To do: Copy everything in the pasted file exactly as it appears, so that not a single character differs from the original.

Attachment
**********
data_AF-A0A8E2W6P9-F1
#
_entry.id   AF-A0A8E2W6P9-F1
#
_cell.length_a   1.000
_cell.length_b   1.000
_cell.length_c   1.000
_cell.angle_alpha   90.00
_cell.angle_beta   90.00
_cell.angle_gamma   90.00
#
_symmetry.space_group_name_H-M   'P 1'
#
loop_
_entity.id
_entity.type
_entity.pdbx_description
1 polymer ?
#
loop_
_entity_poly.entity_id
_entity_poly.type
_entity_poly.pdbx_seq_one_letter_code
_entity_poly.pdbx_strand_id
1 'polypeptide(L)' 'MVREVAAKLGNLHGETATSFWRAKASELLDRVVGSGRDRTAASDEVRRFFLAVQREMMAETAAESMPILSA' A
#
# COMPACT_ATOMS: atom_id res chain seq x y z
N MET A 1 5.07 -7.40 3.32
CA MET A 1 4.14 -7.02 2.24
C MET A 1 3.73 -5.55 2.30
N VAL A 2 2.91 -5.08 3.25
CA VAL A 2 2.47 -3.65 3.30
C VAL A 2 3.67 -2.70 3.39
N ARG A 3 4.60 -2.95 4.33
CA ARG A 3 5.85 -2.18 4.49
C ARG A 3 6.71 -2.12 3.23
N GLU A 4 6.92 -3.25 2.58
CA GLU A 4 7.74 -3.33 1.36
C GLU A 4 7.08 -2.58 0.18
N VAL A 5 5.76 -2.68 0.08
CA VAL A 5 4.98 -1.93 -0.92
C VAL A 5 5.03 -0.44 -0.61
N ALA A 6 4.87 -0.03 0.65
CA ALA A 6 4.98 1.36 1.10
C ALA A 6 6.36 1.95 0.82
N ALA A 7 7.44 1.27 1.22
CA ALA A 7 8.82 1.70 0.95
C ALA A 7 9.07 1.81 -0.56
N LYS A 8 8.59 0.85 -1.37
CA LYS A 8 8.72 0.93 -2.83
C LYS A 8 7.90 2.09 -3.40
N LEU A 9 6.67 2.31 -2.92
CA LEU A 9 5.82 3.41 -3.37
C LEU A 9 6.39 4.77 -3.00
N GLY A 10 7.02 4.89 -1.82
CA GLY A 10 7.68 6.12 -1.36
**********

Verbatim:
data_AF-A0A8E2W6P9-F1
#
_entry.id   AF-A0A8E2W6P9-F1
#
_cell.length_a   1.000
_cell.length_b   1.000
_cell.length_c   1.000
_cell.angle_alpha   90.00
_cell.angle_beta   90.00
_cell.angle_gamma   90.00
#
_symmetry.space_group_name_H-M   'P 1'
#
loop_
_entity.id
_entity.type
_entity.pdbx_description
1 polymer ?
#
loop_
_entity_poly.entity_id
_entity_poly.type
_entity_poly.pdbx_seq_one_letter_code
_entity_poly.pdbx_strand_id
1 'polypeptide(L)' 'MVREVAAKLGNLHGETATSFWRAKASELLDRVVGSGRDRTAASDEVRRFFLAVQREMMAETAAESMPILSA' A
#
# COMPACT_ATOMS: atom_id res chain seq x y z
N MET A 1 5.07 -7.40 3.32
CA MET A 1 4.14 -7.02 2.24
C MET A 1 3.73 -5.55 2.30
N VAL A 2 2.91 -5.08 3.25
CA VAL A 2 2.47 -3.65 3.30
C VAL A 2 3.67 -2.70 3.39
N ARG A 3 4.60 -2.95 4.33
CA ARG A 3 5.85 -2.18 4.49
C ARG A 3 6.71 -2.12 3.23
N GLU A 4 6.92 -3.25 2.58
CA GLU A 4 7.74 -3.33 1.36
C GLU A 4 7.08 -2.58 0.18
N VAL A 5 5.76 -2.68 0.08
CA VAL A 5 4.98 -1.93 -0.92
C VAL A 5 5.03 -0.44 -0.61
N ALA A 6 4.87 -0.03 0.65
CA ALA A 6 4.98 1.36 1.10
C ALA A 6 6.36 1.95 0.82
N ALA A 7 7.44 1.27 1.22
CA ALA A 7 8.82 1.70 0.95
C ALA A 7 9.07 1.81 -0.56
N LYS A 8 8.59 0.85 -1.37
CA LYS A 8 8.72 0.93 -2.83
C LYS A 8 7.90 2.09 -3.40
N LEU A 9 6.67 2.31 -2.92
CA LEU A 9 5.82 3.41 -3.37
C LEU A 9 6.39 4.77 -3.00
N GLY A 10 7.02 4.89 -1.82
CA GLY A 10 7.68 6.12 -1.36